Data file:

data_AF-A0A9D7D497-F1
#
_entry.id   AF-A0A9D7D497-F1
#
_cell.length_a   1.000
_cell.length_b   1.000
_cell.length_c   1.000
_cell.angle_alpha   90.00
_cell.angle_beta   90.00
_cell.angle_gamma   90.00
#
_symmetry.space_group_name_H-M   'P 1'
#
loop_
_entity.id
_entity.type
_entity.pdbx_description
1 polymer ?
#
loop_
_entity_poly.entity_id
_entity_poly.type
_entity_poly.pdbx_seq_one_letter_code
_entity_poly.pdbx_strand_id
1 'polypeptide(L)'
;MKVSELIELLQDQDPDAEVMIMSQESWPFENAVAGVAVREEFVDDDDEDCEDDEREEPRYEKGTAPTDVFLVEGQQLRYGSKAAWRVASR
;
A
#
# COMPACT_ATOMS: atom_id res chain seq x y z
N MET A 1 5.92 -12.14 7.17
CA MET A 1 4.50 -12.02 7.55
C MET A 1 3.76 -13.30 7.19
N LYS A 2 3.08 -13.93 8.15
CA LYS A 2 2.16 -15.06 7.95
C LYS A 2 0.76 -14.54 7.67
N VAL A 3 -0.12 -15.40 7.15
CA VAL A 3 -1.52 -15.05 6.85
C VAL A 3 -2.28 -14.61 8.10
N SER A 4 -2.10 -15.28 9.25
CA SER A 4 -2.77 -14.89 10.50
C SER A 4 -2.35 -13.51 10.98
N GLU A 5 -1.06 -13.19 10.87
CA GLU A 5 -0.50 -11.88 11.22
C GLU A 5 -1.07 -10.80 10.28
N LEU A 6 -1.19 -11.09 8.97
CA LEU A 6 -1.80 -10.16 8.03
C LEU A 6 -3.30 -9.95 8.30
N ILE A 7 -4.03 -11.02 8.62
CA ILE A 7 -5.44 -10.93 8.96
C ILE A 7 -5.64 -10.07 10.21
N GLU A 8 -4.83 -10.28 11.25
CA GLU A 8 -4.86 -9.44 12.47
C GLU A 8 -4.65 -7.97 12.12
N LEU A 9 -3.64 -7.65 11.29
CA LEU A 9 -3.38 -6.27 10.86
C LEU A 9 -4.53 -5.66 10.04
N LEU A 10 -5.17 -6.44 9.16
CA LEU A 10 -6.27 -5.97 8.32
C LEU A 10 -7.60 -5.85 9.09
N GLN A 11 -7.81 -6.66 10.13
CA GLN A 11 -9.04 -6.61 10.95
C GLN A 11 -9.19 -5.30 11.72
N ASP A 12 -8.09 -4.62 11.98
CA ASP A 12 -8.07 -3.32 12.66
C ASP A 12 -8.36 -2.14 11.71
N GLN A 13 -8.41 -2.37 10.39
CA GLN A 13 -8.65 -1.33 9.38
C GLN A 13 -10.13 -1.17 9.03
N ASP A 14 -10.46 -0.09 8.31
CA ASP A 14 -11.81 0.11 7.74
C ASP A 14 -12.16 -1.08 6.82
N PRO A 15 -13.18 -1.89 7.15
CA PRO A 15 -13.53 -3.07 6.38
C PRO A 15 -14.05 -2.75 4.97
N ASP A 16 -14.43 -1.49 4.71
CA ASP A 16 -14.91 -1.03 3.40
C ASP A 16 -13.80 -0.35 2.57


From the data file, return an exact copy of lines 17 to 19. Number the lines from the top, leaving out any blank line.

_entity.pdbx_description
1 polymer ?
#